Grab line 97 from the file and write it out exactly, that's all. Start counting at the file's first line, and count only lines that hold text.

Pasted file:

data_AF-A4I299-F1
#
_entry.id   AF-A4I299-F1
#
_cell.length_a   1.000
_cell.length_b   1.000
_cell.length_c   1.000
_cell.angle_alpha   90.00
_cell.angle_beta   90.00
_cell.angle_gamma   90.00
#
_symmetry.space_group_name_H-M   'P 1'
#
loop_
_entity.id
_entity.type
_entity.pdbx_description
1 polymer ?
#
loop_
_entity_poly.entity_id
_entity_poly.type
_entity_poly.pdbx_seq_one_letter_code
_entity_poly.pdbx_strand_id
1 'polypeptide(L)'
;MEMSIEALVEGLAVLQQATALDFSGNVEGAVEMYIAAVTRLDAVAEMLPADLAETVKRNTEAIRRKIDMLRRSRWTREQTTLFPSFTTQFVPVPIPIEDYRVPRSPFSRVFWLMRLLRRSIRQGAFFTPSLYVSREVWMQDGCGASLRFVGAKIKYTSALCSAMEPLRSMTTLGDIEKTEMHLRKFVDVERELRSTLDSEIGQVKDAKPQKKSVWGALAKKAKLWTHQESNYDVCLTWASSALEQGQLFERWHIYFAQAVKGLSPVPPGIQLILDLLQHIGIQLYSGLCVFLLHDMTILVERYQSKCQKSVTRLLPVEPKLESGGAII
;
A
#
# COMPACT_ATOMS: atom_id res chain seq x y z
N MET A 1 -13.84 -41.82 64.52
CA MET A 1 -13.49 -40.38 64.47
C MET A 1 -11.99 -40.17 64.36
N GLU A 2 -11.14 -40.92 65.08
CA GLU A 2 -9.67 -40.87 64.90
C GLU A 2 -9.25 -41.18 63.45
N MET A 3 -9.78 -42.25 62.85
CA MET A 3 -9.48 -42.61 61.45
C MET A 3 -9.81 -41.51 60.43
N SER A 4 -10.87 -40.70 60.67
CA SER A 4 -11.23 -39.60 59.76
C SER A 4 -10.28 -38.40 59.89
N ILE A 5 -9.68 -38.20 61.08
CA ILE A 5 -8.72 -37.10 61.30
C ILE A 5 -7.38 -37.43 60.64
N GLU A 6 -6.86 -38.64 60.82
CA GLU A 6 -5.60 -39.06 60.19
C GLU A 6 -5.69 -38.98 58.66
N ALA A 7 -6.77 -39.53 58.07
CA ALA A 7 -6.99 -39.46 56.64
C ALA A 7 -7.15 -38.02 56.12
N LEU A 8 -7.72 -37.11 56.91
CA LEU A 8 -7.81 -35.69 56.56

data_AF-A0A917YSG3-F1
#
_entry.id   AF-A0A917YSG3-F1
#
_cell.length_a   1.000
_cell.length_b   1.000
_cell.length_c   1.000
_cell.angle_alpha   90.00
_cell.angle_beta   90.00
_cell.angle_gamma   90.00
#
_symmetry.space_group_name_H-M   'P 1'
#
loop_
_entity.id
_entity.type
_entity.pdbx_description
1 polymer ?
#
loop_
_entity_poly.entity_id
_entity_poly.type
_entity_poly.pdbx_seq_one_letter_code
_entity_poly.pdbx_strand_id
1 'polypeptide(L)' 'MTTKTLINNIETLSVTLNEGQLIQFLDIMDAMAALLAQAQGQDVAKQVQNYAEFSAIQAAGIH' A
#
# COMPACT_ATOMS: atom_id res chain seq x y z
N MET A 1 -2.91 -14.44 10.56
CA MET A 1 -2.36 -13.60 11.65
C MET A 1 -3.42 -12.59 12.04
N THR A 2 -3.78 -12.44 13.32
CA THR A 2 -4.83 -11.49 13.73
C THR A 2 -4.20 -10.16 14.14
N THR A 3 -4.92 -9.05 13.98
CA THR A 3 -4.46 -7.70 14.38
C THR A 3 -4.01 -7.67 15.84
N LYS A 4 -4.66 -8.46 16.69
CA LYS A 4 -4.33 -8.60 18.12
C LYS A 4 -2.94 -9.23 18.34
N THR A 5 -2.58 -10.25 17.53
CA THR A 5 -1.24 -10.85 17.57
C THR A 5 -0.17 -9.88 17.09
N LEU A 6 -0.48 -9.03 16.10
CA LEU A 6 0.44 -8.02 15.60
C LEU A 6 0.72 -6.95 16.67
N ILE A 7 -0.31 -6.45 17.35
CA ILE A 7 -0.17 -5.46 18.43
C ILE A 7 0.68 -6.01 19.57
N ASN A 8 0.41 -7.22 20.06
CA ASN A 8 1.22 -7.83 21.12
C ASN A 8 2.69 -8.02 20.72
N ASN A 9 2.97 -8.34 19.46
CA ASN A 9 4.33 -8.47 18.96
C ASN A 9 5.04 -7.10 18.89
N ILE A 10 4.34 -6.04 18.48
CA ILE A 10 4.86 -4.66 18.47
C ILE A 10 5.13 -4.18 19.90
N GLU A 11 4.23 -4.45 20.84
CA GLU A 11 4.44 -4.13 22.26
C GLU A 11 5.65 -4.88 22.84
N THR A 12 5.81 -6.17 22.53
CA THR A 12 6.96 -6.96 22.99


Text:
CA LEU A 6 0.44 -8.02 15.60